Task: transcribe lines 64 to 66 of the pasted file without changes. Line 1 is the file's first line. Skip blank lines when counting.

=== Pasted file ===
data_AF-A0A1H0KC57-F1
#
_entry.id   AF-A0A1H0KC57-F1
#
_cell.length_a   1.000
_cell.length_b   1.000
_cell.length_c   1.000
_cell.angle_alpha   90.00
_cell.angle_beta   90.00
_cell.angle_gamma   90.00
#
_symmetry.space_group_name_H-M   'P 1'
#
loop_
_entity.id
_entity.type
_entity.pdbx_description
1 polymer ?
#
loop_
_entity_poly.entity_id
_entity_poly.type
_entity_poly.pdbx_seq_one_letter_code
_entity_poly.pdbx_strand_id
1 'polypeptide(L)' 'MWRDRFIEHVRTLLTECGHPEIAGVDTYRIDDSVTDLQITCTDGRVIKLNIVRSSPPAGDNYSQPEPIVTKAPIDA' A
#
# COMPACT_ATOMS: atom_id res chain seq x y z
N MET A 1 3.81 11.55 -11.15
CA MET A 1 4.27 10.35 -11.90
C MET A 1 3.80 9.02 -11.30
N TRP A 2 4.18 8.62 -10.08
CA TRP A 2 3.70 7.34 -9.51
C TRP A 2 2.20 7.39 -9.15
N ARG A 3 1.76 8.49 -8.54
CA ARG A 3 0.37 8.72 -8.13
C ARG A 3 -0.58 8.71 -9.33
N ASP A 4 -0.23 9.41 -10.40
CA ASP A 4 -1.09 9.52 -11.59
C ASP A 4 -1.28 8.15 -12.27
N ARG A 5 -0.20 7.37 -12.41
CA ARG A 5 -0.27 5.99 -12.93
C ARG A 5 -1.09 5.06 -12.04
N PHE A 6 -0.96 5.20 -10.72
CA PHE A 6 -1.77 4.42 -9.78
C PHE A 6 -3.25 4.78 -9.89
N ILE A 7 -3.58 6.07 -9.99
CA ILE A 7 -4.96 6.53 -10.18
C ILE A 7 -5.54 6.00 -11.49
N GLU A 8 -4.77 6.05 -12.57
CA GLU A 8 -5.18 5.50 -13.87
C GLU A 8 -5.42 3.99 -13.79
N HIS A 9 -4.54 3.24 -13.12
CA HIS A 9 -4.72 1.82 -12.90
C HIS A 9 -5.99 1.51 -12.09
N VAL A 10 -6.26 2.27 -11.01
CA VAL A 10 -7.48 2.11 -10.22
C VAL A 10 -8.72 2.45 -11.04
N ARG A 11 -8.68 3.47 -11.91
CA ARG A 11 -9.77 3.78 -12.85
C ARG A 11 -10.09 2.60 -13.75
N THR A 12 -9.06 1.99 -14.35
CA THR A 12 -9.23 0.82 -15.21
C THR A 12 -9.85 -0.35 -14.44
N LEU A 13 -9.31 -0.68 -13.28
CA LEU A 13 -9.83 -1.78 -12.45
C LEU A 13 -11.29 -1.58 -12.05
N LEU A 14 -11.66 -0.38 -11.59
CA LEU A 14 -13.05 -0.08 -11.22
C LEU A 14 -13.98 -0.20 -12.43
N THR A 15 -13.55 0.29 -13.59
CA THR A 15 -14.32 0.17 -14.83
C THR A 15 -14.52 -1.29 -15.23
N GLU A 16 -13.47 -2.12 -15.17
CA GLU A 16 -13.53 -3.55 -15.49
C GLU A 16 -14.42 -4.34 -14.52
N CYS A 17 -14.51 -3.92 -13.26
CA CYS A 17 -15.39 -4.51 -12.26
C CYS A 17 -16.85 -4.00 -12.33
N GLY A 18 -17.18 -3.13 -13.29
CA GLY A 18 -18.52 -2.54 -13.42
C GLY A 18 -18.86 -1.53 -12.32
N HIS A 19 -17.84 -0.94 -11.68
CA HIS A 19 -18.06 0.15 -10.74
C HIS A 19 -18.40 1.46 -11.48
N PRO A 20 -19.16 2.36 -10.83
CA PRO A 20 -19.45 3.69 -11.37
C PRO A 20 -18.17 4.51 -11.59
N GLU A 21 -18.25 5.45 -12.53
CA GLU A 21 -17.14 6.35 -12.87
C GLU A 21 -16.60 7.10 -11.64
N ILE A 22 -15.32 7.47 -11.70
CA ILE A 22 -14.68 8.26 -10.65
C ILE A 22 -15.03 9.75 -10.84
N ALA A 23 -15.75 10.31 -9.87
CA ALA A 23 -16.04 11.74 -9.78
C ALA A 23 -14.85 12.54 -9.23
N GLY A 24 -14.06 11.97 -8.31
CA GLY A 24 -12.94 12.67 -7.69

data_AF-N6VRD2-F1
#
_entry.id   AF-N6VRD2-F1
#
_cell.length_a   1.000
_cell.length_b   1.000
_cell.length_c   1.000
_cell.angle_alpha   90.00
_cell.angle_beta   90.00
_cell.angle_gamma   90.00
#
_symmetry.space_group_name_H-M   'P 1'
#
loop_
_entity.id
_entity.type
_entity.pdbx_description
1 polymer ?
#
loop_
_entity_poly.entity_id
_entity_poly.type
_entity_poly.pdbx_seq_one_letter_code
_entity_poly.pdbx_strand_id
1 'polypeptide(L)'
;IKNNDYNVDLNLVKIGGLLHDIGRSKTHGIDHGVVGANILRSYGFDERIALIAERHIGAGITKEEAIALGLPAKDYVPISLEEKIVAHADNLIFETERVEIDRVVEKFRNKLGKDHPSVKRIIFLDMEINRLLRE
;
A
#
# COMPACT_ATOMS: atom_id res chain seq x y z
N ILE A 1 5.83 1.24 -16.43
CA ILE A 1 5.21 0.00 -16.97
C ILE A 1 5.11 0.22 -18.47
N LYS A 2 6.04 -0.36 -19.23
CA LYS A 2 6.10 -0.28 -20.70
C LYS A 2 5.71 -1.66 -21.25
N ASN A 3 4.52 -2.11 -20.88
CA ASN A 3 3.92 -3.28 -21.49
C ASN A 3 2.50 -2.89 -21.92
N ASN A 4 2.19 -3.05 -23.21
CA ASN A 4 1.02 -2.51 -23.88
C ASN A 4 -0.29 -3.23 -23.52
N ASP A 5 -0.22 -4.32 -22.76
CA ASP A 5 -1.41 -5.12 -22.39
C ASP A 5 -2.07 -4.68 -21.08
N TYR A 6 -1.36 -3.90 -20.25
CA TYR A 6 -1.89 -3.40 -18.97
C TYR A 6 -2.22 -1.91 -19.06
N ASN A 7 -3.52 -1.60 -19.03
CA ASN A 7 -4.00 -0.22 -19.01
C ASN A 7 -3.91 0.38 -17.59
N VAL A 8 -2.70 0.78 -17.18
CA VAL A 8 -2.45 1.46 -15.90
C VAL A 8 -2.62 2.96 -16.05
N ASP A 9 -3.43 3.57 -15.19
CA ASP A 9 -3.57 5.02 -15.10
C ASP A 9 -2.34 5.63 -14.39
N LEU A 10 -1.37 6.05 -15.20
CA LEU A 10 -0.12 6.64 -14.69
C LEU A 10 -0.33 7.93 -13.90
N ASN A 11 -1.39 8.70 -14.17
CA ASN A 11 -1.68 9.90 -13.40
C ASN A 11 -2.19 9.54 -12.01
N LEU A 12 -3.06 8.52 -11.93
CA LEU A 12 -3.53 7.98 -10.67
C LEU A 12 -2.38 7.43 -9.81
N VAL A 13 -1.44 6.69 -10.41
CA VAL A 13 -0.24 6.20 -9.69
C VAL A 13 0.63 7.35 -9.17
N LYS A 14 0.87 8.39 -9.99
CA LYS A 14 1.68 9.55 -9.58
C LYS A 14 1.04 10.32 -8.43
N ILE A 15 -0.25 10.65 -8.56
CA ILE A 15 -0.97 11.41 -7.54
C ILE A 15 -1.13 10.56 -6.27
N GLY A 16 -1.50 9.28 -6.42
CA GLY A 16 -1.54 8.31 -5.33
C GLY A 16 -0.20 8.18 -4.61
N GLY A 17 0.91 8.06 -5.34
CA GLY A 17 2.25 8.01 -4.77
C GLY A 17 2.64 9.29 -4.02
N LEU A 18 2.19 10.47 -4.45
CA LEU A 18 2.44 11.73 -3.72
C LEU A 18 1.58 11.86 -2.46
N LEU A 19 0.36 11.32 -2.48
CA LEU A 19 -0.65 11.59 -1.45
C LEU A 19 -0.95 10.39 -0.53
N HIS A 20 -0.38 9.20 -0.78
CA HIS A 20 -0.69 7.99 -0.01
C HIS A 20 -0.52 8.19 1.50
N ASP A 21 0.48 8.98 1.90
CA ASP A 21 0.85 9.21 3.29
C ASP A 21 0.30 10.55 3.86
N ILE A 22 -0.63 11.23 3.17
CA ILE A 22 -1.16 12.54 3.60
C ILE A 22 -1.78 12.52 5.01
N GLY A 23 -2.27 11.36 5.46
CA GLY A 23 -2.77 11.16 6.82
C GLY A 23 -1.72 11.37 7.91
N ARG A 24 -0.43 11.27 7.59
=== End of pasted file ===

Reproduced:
N LEU A 13 -9.31 -0.68 -13.28
CA LEU A 13 -9.83 -1.78 -12.45
C LEU A 13 -11.29 -1.58 -12.05